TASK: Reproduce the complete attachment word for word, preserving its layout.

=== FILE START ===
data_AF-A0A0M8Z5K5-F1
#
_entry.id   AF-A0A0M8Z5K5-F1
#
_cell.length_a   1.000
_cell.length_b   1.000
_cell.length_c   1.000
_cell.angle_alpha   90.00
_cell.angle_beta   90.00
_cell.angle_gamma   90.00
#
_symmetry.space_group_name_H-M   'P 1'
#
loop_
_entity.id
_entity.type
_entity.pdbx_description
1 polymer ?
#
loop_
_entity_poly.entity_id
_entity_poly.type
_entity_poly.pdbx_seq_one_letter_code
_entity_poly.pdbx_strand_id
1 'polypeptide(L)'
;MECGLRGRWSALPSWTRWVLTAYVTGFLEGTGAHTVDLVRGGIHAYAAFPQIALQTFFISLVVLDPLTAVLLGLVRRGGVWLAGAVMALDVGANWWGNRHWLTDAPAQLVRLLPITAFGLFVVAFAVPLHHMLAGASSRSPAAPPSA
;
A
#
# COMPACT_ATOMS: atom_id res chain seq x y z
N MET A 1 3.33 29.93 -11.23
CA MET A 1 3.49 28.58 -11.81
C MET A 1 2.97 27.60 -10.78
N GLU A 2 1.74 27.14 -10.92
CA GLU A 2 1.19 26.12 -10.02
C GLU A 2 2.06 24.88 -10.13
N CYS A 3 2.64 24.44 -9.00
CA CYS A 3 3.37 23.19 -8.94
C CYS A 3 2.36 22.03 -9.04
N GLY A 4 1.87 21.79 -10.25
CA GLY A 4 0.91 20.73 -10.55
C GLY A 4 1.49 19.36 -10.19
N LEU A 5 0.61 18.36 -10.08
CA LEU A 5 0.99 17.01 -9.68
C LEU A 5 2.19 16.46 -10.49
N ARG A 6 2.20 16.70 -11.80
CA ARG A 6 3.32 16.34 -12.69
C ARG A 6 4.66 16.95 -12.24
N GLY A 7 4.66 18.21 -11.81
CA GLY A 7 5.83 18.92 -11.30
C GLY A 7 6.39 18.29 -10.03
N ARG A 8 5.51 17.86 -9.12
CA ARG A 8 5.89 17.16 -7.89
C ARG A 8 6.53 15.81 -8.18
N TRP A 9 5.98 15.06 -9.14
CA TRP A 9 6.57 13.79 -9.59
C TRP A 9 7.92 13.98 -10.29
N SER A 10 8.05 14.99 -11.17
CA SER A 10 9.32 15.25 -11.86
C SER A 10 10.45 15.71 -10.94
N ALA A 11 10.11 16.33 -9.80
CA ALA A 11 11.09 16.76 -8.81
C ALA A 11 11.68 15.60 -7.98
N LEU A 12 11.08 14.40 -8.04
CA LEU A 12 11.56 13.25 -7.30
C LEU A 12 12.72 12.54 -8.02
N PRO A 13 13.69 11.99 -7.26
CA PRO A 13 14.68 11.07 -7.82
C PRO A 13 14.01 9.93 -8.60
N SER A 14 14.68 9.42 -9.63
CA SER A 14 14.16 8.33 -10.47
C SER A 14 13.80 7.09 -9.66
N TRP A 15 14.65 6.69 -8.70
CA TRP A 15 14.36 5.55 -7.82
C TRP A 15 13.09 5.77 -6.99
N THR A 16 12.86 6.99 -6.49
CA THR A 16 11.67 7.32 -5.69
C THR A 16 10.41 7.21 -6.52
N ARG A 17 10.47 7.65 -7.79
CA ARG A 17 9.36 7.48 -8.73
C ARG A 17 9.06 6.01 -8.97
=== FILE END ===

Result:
data_AF-A0A0M8Z5K5-F1
#
_entry.id   AF-A0A0M8Z5K5-F1
#
_cell.length_a   1.000
_cell.length_b   1.000
_cell.length_c   1.000
_cell.angle_alpha   90.00
_cell.angle_beta   90.00
_cell.angle_gamma   90.00
#
_symmetry.space_group_name_H-M   'P 1'
#
loop_
_entity.id
_entity.type
_entity.pdbx_description
1 polymer ?
#
loop_
_entity_poly.entity_id
_entity_poly.type
_entity_poly.pdbx_seq_one_letter_code
_entity_poly.pdbx_strand_id
1 'polypeptide(L)'
;MECGLRGRWSALPSWTRWVLTAYVTGFLEGTGAHTVDLVRGGIHAYAAFPQIALQTFFISLVVLDPLTAVLLGLVRRGGVWLAGAVMALDVGANWWGNRHWLTDAPAQLVRLLPITAFGLFVVAFAVPLHHMLAGASSRSPAAPPSA
;
A
#
# COMPACT_ATOMS: atom_id res chain seq x y z
N MET A 1 3.33 29.93 -11.23
CA MET A 1 3.49 28.58 -11.81
C MET A 1 2.97 27.60 -10.78
N GLU A 2 1.74 27.14 -10.92
CA GLU A 2 1.19 26.12 -10.02
C GLU A 2 2.06 24.88 -10.13
N CYS A 3 2.64 24.44 -9.00
CA CYS A 3 3.37 23.19 -8.94
C CYS A 3 2.36 22.03 -9.04
N GLY A 4 1.87 21.79 -10.25
CA GLY A 4 0.91 20.73 -10.55
C GLY A 4 1.49 19.36 -10.19
N LEU A 5 0.61 18.36 -10.08
CA LEU A 5 0.99 17.01 -9.68
C LEU A 5 2.19 16.46 -10.49
N ARG A 6 2.20 16.70 -11.80
CA ARG A 6 3.32 16.34 -12.69
C ARG A 6 4.66 16.95 -12.24
N GLY A 7 4.66 18.21 -11.81
CA GLY A 7 5.83 18.92 -11.30
C GLY A 7 6.39 18.29 -10.03
N ARG A 8 5.51 17.86 -9.12
CA ARG A 8 5.89 17.16 -7.89
C ARG A 8 6.53 15.81 -8.18
N TRP A 9 5.98 15.06 -9.14
CA TRP A 9 6.57 13.79 -9.59
C TRP A 9 7.92 13.98 -10.29
N SER A 10 8.05 14.99 -11.17
CA SER A 10 9.32 15.25 -11.86
C SER A 10 10.45 15.71 -10.94
N ALA A 11 10.11 16.33 -9.80
CA ALA A 11 11.09 16.76 -8.81
C ALA A 11 11.68 15.60 -7.98
N LEU A 12 11.08 14.40 -8.04
CA LEU A 12 11.56 13.25 -7.30
C LEU A 12 12.72 12.54 -8.02
N PRO A 13 13.69 11.99 -7.26
CA PRO A 13 14.68 11.07 -7.82
C PRO A 13 14.01 9.93 -8.60
N SER A 14 14.68 9.42 -9.63
CA SER A 14 14.16 8.33 -10.47
C SER A 14 13.80 7.09 -9.66
N TRP A 15 14.65 6.69 -8.70
CA TRP A 15 14.36 5.55 -7.82
C TRP A 15 13.09 5.77 -6.99
N THR A 16 12.86 6.99 -6.49
CA THR A 16 11.67 7.32 -5.69
C THR A 16 10.41 7.21 -6.52
N ARG A 17 10.47 7.65 -7.79
CA ARG A 17 9.36 7.48 -8.73
C ARG A 17 9.06 6.01 -8.97